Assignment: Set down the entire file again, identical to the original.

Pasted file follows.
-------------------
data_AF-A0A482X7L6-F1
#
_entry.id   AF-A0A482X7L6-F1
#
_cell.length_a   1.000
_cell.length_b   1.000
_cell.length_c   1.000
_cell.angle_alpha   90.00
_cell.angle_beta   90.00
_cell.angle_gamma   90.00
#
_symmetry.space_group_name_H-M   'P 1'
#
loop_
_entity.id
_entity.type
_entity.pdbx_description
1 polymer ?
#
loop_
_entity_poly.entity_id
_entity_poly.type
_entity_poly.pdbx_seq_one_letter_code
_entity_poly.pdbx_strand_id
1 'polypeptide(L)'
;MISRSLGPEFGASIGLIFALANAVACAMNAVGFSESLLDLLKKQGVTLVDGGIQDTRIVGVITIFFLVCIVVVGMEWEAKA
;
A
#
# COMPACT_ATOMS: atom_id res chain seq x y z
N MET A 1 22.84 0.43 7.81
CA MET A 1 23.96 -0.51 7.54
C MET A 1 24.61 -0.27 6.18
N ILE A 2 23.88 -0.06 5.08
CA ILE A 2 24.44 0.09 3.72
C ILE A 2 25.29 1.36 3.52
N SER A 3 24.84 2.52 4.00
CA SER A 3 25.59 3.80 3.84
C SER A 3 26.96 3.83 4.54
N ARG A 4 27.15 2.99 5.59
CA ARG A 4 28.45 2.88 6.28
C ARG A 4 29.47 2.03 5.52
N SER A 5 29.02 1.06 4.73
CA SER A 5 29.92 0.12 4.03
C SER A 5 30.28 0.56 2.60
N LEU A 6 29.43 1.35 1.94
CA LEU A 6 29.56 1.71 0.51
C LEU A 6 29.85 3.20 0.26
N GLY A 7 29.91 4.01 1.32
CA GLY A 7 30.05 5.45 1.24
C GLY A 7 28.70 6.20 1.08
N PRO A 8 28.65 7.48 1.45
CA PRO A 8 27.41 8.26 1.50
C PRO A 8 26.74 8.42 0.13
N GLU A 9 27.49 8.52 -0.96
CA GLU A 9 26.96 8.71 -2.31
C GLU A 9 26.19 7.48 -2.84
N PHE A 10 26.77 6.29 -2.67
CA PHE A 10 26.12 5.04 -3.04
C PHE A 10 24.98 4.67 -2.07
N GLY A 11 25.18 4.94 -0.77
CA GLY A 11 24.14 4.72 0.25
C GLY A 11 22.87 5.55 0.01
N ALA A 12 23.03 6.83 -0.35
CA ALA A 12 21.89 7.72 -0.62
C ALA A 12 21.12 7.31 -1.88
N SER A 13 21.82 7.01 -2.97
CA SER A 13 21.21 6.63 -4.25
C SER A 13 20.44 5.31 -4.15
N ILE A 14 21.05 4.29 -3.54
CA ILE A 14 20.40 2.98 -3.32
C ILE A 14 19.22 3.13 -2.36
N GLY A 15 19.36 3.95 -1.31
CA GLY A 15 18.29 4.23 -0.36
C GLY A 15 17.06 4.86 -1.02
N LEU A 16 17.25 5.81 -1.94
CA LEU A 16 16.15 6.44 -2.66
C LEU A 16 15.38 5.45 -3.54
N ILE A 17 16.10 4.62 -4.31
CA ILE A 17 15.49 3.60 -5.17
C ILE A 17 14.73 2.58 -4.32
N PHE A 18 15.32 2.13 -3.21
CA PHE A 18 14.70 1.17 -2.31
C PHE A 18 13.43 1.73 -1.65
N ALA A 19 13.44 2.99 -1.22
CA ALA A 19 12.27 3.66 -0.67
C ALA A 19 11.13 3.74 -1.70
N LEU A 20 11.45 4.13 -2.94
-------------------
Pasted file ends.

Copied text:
data_AF-A0A482X7L6-F1
#
_entry.id   AF-A0A482X7L6-F1
#
_cell.length_a   1.000
_cell.length_b   1.000
_cell.length_c   1.000
_cell.angle_alpha   90.00
_cell.angle_beta   90.00
_cell.angle_gamma   90.00
#
_symmetry.space_group_name_H-M   'P 1'
#
loop_
_entity.id
_entity.type
_entity.pdbx_description
1 polymer ?
#
loop_
_entity_poly.entity_id
_entity_poly.type
_entity_poly.pdbx_seq_one_letter_code
_entity_poly.pdbx_strand_id
1 'polypeptide(L)'
;MISRSLGPEFGASIGLIFALANAVACAMNAVGFSESLLDLLKKQGVTLVDGGIQDTRIVGVITIFFLVCIVVVGMEWEAKA
;
A
#
# COMPACT_ATOMS: atom_id res chain seq x y z
N MET A 1 22.84 0.43 7.81
CA MET A 1 23.96 -0.51 7.54
C MET A 1 24.61 -0.27 6.18
N ILE A 2 23.88 -0.06 5.08
CA ILE A 2 24.44 0.09 3.72
C ILE A 2 25.29 1.36 3.52
N SER A 3 24.84 2.52 4.00
CA SER A 3 25.59 3.80 3.84
C SER A 3 26.96 3.83 4.54
N ARG A 4 27.15 2.99 5.59
CA ARG A 4 28.45 2.88 6.28
C ARG A 4 29.47 2.03 5.52
N SER A 5 29.02 1.06 4.73
CA SER A 5 29.92 0.12 4.03
C SER A 5 30.28 0.56 2.60
N LEU A 6 29.43 1.35 1.94
CA LEU A 6 29.56 1.71 0.51
C LEU A 6 29.85 3.20 0.26
N GLY A 7 29.91 4.01 1.32
CA GLY A 7 30.05 5.45 1.24
C GLY A 7 28.70 6.20 1.08
N PRO A 8 28.65 7.48 1.45
CA PRO A 8 27.41 8.26 1.50
C PRO A 8 26.74 8.42 0.13
N GLU A 9 27.49 8.52 -0.96
CA GLU A 9 26.96 8.71 -2.31
C GLU A 9 26.19 7.48 -2.84
N PHE A 10 26.77 6.29 -2.67
CA PHE A 10 26.12 5.04 -3.04
C PHE A 10 24.98 4.67 -2.07
N GLY A 11 25.18 4.94 -0.77
CA GLY A 11 24.14 4.72 0.25
C GLY A 11 22.87 5.55 0.01
N ALA A 12 23.03 6.83 -0.35
CA ALA A 12 21.89 7.72 -0.62
C ALA A 12 21.12 7.31 -1.88
N SER A 13 21.82 7.01 -2.97
CA SER A 13 21.21 6.63 -4.25
C SER A 13 20.44 5.31 -4.15
N ILE A 14 21.05 4.29 -3.54
CA ILE A 14 20.40 2.98 -3.32
C ILE A 14 19.22 3.13 -2.36
N GLY A 15 19.36 3.95 -1.31
CA GLY A 15 18.29 4.23 -0.36
C GLY A 15 17.06 4.86 -1.02
N LEU A 16 17.25 5.81 -1.94
CA LEU A 16 16.15 6.44 -2.66
C LEU A 16 15.38 5.45 -3.54
N ILE A 17 16.10 4.62 -4.31
CA ILE A 17 15.49 3.60 -5.17
C ILE A 17 14.73 2.58 -4.32
N PHE A 18 15.32 2.13 -3.21
CA PHE A 18 14.70 1.17 -2.31
C PHE A 18 13.43 1.73 -1.65
N ALA A 19 13.44 2.99 -1.22
CA ALA A 19 12.27 3.66 -0.67
C ALA A 19 11.13 3.74 -1.70
N LEU A 20 11.45 4.13 -2.94